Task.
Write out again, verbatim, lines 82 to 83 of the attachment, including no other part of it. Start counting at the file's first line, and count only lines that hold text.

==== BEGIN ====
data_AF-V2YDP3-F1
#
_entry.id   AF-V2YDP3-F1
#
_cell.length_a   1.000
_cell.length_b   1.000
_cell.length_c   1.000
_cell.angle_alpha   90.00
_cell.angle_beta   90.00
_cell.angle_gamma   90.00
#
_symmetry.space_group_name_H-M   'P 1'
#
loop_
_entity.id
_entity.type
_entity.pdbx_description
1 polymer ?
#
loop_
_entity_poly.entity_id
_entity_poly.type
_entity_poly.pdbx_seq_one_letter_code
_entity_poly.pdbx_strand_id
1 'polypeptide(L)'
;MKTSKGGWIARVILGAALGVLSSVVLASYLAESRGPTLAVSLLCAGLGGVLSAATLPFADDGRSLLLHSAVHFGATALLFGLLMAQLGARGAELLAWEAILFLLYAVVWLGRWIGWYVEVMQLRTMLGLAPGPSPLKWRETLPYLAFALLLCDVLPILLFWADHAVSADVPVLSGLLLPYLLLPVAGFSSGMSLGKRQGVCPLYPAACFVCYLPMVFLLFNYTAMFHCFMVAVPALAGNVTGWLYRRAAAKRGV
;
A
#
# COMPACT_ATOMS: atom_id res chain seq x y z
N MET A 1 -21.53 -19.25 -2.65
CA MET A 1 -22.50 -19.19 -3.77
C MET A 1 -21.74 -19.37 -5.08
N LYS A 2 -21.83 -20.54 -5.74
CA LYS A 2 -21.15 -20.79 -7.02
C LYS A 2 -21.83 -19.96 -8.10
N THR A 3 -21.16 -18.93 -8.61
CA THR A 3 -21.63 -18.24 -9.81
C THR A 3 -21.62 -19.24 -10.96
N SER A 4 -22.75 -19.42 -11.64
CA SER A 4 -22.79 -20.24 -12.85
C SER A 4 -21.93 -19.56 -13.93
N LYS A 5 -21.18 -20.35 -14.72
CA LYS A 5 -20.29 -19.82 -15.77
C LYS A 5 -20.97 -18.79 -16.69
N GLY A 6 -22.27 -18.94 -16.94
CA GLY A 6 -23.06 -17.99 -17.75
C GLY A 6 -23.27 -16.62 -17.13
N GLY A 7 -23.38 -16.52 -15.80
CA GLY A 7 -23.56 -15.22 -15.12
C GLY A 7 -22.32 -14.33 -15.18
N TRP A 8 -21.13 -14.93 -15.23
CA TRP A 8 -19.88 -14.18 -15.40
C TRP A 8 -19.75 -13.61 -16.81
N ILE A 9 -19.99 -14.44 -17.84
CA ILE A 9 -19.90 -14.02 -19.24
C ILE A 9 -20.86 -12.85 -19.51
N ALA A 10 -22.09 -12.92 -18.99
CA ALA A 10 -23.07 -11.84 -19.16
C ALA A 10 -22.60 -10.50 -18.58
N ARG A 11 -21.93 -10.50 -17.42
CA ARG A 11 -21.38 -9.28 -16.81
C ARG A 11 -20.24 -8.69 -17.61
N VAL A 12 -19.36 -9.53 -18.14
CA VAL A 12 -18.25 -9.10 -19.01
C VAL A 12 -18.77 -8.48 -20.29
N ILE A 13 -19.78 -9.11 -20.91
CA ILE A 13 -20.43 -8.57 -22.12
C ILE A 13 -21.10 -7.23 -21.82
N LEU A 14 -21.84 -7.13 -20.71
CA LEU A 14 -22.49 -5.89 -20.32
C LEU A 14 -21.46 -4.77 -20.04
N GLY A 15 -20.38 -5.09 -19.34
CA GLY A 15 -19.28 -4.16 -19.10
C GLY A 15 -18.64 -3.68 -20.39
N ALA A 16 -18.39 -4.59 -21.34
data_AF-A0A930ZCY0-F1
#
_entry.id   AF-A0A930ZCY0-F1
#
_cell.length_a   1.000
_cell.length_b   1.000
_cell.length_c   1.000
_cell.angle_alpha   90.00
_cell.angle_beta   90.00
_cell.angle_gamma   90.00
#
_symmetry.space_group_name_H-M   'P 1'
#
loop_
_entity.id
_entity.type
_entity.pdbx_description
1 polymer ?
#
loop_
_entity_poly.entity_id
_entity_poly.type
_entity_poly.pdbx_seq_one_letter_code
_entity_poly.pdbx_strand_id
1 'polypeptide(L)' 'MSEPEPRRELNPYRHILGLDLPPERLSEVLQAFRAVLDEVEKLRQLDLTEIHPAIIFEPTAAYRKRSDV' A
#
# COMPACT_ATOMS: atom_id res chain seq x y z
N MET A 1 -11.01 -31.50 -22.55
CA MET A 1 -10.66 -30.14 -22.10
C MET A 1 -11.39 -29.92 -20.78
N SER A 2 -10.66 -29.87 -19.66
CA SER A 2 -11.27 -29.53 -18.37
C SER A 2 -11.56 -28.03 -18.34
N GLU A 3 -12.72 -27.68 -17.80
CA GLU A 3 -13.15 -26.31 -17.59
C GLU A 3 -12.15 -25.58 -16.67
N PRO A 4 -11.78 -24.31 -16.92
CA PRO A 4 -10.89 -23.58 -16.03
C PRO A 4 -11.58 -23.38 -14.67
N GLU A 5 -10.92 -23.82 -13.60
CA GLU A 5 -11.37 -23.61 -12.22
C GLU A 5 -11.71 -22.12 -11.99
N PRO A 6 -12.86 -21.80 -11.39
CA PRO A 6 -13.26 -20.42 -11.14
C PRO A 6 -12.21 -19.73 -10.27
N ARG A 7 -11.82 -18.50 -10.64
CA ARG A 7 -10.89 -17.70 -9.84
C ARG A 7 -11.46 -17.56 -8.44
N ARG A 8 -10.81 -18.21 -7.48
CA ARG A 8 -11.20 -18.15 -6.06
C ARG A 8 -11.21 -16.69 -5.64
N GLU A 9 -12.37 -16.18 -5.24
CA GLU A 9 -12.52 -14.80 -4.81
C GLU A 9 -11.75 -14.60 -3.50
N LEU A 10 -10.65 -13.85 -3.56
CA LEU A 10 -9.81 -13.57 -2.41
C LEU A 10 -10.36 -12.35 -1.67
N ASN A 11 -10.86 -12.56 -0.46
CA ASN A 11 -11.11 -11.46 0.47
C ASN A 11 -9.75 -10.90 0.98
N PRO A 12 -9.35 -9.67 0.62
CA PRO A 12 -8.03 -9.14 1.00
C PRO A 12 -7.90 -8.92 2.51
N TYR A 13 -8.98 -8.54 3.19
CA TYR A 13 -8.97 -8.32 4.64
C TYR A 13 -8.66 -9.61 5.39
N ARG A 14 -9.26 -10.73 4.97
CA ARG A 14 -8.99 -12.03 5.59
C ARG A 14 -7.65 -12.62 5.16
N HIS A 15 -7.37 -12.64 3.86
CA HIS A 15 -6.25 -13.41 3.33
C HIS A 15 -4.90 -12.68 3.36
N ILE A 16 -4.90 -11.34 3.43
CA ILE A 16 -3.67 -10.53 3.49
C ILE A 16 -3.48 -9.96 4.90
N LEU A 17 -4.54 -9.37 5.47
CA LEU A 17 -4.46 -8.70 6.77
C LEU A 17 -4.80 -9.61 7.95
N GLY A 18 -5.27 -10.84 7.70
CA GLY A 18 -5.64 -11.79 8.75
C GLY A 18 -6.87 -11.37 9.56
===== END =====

_cell.length_b   1.000
_cell.length_c   1.000